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Microfaunal response to Early Jurassic climate cyclicity following the late Triassic mass extinction

  • Full or part time
  • Application Deadline
    Friday, January 10, 2020
  • Competition Funded PhD Project (European/UK Students Only)
    Competition Funded PhD Project (European/UK Students Only)

Project Description

The Triassic-Jurassic boundary interval witnessed a marked global extinction with profound consequences for all ecosystems. Significant diversification occurred after this event but the pattern and process of recovery in marine shelf environments, particularly over the short-term, is not well known. The earliest Jurassic in Britain is often characterised by cyclical sedimentation, considered to reflect astronomically-driven climate variability. These sediments contain abundant and diverse assemblages of calcareous microfossils, i.e. ostracods (microscopic Crustacea) and foraminifera (Protista) that will be used to quantify the biotic response to Jurassic cyclic climate changes for the first time. Pilot studies on cycles within the Blue Lias Formation, SW England (see photo below) have shown that microfossil assemblages display marked changes on a centimetric-decimetric scale within these cycles. However, to examine these interactions in greater detail and understand the benthic ecosystem response to these cycles requires (i) relatively expanded sedimentary sequences, (ii) complimentary geochemical records and (iii) relatively abundant and diverse faunal assemblages, all three requirements are met by this project.

Working alongside the ICDP/NERC funded JET project (Hesselbo et al., 2013), the student will have access to a new ~850m core from Prees (Cheshire Basin) through this interval. The project will benefit from synergies created by working with this diverse, multinational research network while contributing important chronostratigraphic and palaeoenvironmental data to JET objectives. The project will include a comparative study of the Carnduff-1 & 2 cores from the Larne Basin, Northern Ireland, thanks to ongoing collaboration with BGS colleagues at GSNI (the Geological Survey of Northern Ireland) and outcrops such as Dorset. Investigating these events from different depositional basins will help understand the spatial variability in their response while the high-resolution faunal sampling through cycles in the Prees & Carnduff cores, will elucidate benthic ecosystem responses during all stages of these climate cycles, in particular linkages to surface water productivity.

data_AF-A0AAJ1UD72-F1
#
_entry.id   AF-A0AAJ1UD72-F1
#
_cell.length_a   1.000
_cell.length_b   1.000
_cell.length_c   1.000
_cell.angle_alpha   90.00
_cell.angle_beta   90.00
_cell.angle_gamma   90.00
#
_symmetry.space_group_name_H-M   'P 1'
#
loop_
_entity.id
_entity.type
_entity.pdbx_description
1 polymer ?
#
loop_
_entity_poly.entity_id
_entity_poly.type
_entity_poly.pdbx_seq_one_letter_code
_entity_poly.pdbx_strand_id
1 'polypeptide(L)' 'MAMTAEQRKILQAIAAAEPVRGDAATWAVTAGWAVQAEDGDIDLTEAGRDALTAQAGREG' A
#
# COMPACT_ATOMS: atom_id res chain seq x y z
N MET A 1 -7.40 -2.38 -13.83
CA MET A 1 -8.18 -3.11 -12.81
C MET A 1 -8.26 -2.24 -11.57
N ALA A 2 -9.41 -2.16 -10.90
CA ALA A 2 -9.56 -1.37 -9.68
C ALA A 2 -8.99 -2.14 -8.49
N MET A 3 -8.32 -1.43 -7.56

In collaboration with partners at Merlin Energy Resources Ltd, the student will also develop an understanding of how these microfossils can be used to establish correlations and, for the first time, develop microfossil-derived sequence stratigraphic frameworks for the Early Jurassic using industry-standard software.

Funding Notes

CENTA studentships are for 3.5 years and are funded by the Natural Environment Research Council (NERC). In addition to the full payment of their tuition fees, successful candidates will receive the following financial support.
• Annual stipend, set at £15,009 for 2019/20
• Research training support grant (RTSG) of £8,000


Boomer, I., Copestake, P., Raine, R., Azmi, A., Fenton, J., Page, K., O’Callaghan, M. Palaeoenvironments and geochemistry of the Late Triassic to Early Jurassic interval in the Carnduff-1 & 2 boreholes, Northern Ireland. Proceedings of the Geologists’ Association. In review.
Copestake, P. & Johnson, B. 2014. Lower Jurassic Foraminifera from the Llanbedr (Mochras Farm) Borehole, North Wales, UK. Monograph of the Palaeontographical Society, London: 1-403. (Publ.641, part of Vol. 167 for 2013).
Hesselbo, S. P. Bjerrum, C. J. Hinnov, L. A. MacNiocaill, C. Miller, K. G. Riding, J. B. van de Schootbrugge, B. (2013) Mochras borehole revisited: a new global standard for Early Jurassic earth history, Scientific Drilling, 16, pp. 81-91.

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